Quote Originally Posted by h2oman View Post
    So does this mean that ABW expands the shadow values in the digital file over a wider range of values in the print? And, if so, is there a corresponding compression in the mid-tones and/or high values?
    In the specific case I tested, no, the high values and mid-tones corresponded closely to a linearized grama gamma 2.2. The increasing slope was in an area corresponding roughly to 70% to 85%. This was a sample that I printed several years ago with an Epson 7880 with a regular Epson OEM inkset, printing with ABC making sure to use only the black inks.

    Sandy
    http://www.sandykingphotography.com/
    For discussion and information about carbon transfer please visit the carbon group at groups.io
    [url]https://groups.io/g/carbon

  9. #79

    Join Date
    Sep 2014
    Location
    Montreal, Canada
    Posts
    816

    Re: Piezography: Talk me into/out of it

    Sandy, Ken, or anyone else,

    Any good book/resource recommendations for someone just beginning the digital/hybrid journey but will also need to go deep? I’m picking up a lot of things but I still need the very basics (even things like file types). I’m ultimately interested in max quality but even as I go through the Piezography literature and other things I realize I also need a grounding in the workflow, software etc. If it helps at all, I’m a long time darkroom worker who has gone to the bottom of most every technical rat hole.

    Aims:
    -Negative scans and editing for online presentation
    -Printing
    -Digital negatives for darkroom masking
    -Primarily B&W to begin but would like to learn colour while I’m at it (I’ve noted Sandy’s book recommendation from the colour space thread)

    Michael

  10. #80

    Join Date
    Sep 2003
    Location
    Massachusetts USA
    Posts
    8,485

    Re: Piezography: Talk me into/out of it

    If we find ourselves disoriented in the woods, we can run around in many directions and eventually go in circles. Or, we can simply climb to the top of the highest tree and find our way out.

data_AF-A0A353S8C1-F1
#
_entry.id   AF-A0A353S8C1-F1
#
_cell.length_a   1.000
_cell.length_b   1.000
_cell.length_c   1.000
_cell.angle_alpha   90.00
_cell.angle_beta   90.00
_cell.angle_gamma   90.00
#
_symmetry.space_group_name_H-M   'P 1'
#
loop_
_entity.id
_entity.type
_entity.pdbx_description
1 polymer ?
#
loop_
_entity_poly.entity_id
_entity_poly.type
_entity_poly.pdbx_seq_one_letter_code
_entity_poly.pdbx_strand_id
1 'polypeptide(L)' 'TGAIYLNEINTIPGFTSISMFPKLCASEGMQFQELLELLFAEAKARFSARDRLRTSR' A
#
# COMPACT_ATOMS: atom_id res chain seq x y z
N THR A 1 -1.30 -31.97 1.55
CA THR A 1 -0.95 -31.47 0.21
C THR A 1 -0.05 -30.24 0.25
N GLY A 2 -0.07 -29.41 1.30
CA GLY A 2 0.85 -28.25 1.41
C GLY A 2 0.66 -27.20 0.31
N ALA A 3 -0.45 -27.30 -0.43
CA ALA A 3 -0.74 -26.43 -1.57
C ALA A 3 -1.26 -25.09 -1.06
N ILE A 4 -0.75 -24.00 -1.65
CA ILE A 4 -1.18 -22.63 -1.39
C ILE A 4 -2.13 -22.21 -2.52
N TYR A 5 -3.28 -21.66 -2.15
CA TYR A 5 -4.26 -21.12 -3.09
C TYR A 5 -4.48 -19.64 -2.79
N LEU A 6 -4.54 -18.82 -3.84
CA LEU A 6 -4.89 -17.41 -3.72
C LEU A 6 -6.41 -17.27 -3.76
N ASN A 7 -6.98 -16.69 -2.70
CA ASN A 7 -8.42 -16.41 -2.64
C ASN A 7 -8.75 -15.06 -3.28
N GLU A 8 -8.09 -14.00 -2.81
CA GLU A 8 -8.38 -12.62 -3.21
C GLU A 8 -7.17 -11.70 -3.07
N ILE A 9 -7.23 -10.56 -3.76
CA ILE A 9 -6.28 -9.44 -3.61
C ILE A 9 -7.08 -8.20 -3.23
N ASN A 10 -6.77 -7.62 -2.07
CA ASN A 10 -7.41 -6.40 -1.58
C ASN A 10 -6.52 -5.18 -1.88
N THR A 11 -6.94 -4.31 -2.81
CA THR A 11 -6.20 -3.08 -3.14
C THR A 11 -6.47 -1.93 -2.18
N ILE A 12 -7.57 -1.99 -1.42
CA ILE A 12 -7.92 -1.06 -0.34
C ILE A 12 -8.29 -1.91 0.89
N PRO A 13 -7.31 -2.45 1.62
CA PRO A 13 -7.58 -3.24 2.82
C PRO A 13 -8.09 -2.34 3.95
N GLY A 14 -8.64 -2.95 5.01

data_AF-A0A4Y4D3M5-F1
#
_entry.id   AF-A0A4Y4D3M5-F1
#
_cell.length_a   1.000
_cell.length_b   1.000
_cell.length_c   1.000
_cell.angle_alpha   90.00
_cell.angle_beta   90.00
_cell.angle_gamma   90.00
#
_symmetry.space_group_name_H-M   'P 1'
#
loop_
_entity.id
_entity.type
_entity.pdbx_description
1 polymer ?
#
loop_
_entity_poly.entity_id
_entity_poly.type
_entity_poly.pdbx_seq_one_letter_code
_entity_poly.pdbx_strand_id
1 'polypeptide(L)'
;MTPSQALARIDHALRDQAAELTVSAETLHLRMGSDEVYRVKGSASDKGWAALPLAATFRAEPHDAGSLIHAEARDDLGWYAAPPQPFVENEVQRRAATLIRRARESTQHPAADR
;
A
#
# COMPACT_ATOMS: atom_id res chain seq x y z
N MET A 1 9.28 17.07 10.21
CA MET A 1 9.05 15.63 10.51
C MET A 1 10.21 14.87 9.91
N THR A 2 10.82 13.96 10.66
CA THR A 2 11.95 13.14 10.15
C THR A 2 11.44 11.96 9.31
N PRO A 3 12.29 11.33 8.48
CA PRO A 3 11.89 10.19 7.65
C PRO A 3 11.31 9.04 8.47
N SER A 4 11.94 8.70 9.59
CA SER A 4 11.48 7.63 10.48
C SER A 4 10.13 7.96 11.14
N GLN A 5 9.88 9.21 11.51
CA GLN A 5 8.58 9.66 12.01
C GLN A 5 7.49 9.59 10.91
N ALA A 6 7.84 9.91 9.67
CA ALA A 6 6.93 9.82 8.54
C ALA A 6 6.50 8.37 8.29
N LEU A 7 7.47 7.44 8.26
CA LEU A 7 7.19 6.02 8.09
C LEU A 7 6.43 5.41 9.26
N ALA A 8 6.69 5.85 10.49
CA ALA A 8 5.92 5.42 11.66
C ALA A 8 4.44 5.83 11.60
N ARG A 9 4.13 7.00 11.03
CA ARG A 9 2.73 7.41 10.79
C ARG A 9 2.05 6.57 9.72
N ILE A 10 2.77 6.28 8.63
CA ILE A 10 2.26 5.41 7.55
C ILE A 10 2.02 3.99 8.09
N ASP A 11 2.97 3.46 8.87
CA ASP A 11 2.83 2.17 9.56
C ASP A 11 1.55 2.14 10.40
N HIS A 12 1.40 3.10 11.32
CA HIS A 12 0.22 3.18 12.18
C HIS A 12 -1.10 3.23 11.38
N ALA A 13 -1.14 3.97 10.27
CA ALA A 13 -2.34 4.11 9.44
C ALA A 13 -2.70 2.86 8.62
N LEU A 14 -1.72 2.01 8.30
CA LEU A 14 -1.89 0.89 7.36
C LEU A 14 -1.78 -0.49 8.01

I suggest you ignore the issues of scanning and printing for now. First acquire some mastery of the central tool in the process, namely image editing software.

    My recommendation would be to purchase a subscription from Adobe that gives you Photoshop, and just start editing images in it, on your computer. Any images you like.

    Books may not be necessary since so much tutorial material is freely available online, as articles and videos. If you encounter an unfamiliar term like PNG, just do a search for it. This will lead you to related searches. Soon you'll be, as they say, a vast suppository of information.

    Here is a wonderful introductory tutorial on Photoshop: https://phlearn.com/playlist/30-days-of-photoshop/. It's not perfect or complete and for some of the topics there are probably better approaches (since there is often more than one way to do something in Photoshop) but it will give you a good survey of the basic tools, for free.
    Last edited by Ken Lee; 14-Dec-2020 at 09:20.

Similar Threads

  1. Get me started in piezography
    By Darin Boville in forum Digital Processing
    Replies: 8
    Last Post: 7-Oct-2013, 00:52
  2. Piezography K7/MPS and IJC/OPM?
    By Eirik Berger in forum Digital Processing
    Replies: 1
    Last Post: 6-Feb-2010, 20:06
  3. Piezography Printing
    By ageorge in forum Digital Hardware
    Replies: 3
    Last Post: 16-Jan-2007, 22:56
  4. Piezography Printing
    By Ben Chase in forum Digital Hardware
    Replies: 141
    Last Post: 4-Jan-2007, 14:49
  5. Piezography
    By paulr in forum Digital Hardware
    Replies: 8
    Last Post: 31-Oct-2004, 02:06

Bookmarks

Posting Permissions

  • You may not post new threads
  • You may not post replies
  • You may not post attachments
  • You may not edit your posts
  •